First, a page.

2017, 16 December
Just arrived off a 14 hour bus journey back from another province (Argentina is so huge) where I met with Elena Moncada, author of the book, Yo Eligo – contar mi historia – who also introduced me to two other women, survivors of prostitution, with whom I spent the day talking and painting self-portrait masks. Mask-SantaFe-1
Now to start the huge job of transcribing the interviews…

2017, 30 November
Prostitution in 25.000 Words – for the man in a hurry.
I finally found a copy of this little book. It’s one of an endless series, which includes Slavery in 25.000 words, and Capitalism in 25.00 words!

2017, 19 November
Blimey…! Trying to get my sculpture, Belle Revisited, back from Buenos Aires to Amsterdam is proving incredibly difficult… I have already sawn her in half (!!!) to be able to transport her from storage in one friend’s house to another, but still the dimensions are too big, and it’s too heavy, to be checked as extra luggage, even if I pay through the teeth… belle-pedazos-(1)Other airlines make exceptions up to 45kg (which is what the body weighs) as long as you pay. Musical instruments, cellos and the like, can simply be bought an extra seat… but so far I haven’t found a way to persuade dear old KLM…
Shipping her (I can’t bring myself to say ‘it’) would be the obvious option, but all the customs papers would add up to more than simply flying my friend Gabriel over and paying him to help me make another one! I might have to take an extra trip back and forth with a more amenable airline, pfffff! Meanwhile, her upper body is standing proudly in the corner of my room whilst her legs are lying on top of the kitchen cupboard!

2017, 15 November
My mum, who is aware of the difficulties of pace (or lack of it!) in my work with women in situations of prostitution, whose lives are mostly precarious and thus it is often difficult to actually arrange anything, so that much of the time it looks like I am producing nothing at all despite feeling I haven’t taken a break in months… sent me this quote from the Innocent Anthropologist by Nigel Barley:
anthropology quote

2017, 18 October
AS part of my ongoing research into the issue of prostitution, I joined the National Gathering of Women in a town called Resistencia, in Chaco, an under-resourced northern province. Over 60 thousand women! Very empowering. The town opened up the schools so we had somewhere to sleep, and there was free public transport. Thank you Chaco! There were over 70 different workshop topics each day, as well as presentations and performances, everything organised totally non-hierarchically. I participated in the one on prostitution.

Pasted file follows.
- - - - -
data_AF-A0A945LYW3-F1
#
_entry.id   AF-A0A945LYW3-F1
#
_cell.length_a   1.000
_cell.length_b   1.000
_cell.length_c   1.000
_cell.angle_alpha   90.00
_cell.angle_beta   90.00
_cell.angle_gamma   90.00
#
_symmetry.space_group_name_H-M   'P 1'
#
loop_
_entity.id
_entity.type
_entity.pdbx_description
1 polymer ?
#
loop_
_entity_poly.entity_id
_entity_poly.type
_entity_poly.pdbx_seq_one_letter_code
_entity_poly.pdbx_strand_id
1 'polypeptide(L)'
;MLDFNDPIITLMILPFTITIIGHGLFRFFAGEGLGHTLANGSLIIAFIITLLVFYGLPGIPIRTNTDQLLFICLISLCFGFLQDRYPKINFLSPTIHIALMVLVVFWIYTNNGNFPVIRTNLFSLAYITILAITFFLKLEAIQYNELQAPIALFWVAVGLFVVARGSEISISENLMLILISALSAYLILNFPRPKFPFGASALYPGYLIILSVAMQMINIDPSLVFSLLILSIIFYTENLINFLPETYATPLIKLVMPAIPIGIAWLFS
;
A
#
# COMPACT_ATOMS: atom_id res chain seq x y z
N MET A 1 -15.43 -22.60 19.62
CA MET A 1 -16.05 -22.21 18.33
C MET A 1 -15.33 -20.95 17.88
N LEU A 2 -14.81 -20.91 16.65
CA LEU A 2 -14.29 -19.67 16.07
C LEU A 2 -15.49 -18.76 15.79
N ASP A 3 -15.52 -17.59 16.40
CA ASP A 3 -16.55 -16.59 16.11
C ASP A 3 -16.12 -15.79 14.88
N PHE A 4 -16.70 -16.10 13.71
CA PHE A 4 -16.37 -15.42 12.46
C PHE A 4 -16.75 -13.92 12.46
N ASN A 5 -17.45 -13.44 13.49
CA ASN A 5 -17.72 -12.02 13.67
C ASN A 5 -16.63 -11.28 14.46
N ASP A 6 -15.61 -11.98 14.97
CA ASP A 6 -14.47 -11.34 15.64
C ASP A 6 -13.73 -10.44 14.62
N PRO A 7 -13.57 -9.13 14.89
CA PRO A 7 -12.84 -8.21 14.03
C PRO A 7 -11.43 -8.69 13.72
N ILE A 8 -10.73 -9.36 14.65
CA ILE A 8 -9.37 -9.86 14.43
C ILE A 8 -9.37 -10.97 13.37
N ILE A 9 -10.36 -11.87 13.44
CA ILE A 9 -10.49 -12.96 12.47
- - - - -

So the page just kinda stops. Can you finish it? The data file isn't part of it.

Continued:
2017, 4 October
Having spent the lat months transcribing, translating, editing the recordings I made with survivors of prostitution, to produce scripts, I have finally been in the studio these last weeks with the actors. Performing these latest scripts from The Prostitution Monologues, my ongoing series of videos with testimonies from survivors of prostitution are Tom Pasman and Yael Grunwald, reading the stories of women from Hungary and from Dominican Republic.
Huge thanks to Martijn Grunwald, and to Carlos at Teater Munganga, and Phronaise Jacobs at Pakhuis De Zwijger, for their generosity in helping this project.

2017, 21 September
I think this pack of red-light district Happy Families cards is an appropriate image for what will be an intimate presentation in a domestic setting.
On Monday, October 1st, Amsterdam, there will be a last chance to see something of my recent work from my ongoing project on prostitution before I return to Buenos Aires to continue my research there…
If you aren’t on my mailing list for invites, send me a message to receive details.

2017, 28 March
Working in Buenos Aires with survivors of prostitution here. Finally managed to arrange a first, long interview this week. And this afternoon, a lovely self-portrait mask session. mask2

2016, 21 October
The solo exhibition Todo Sigue Igual (Business as Usual) revolves around the theme of prostitution as a worldwide phenomenon promoted by an industry that earns huge sums of money from the use (abuse) of women’s bodies.
In Amsterdam, brothel-keeping was legalised in 2000, cleverly packaged as part of a liberal, forward-thinking attitude toward sex in general, and the antipathy of prim moralism, this move reinforced the country’s dubious honour of being the torch-bearer for liberalised prostitution laws and consolidated its reputation as a centre for sex-tourism. The exhibition uses video, photos, texts, and sculpture to navigate the haze of subtle propaganda concerning prostitution – imagery that promotes and reinforces the view of the prostituted woman as the self-reliant, strong, independent, ‘happy hooker’ – a notion that makes perversely clever use of the feminist principle of female autonomy whilst protecting the sex-industry’s interests and preventing us from seeing the very real pain and distress that exist.
Museo de la Mujer – Pasaje Dr. R. Rivarola 147, Buenos Aires

November 2016 – Tuesday – Saturday 15-20h
and on Museum Night – October 29th, 20-03h

CLICK HERE to SEE MORE about the exhibition.

2016, 23 September
Working in La Plata with Gabriel Adrian Piñero to carve a sculpture for my upcoming exhibition in the Museo de la Mujer in Buenos Aires, opening 29th of October.
Now that it’s starting to become visible what this tree trunk will become, it’s time to explain what the sculpture is about… Belle Revisited is a replica, a response to a smaller statue which stands in the centre of Amsterdam’s infamous red light district. The original is entitled Belle, and portrays a prostituted woman standing in a door frame – strong, self-sufficient and in control – sex-industry propaganda, the lie of the so-called independent sex-worker.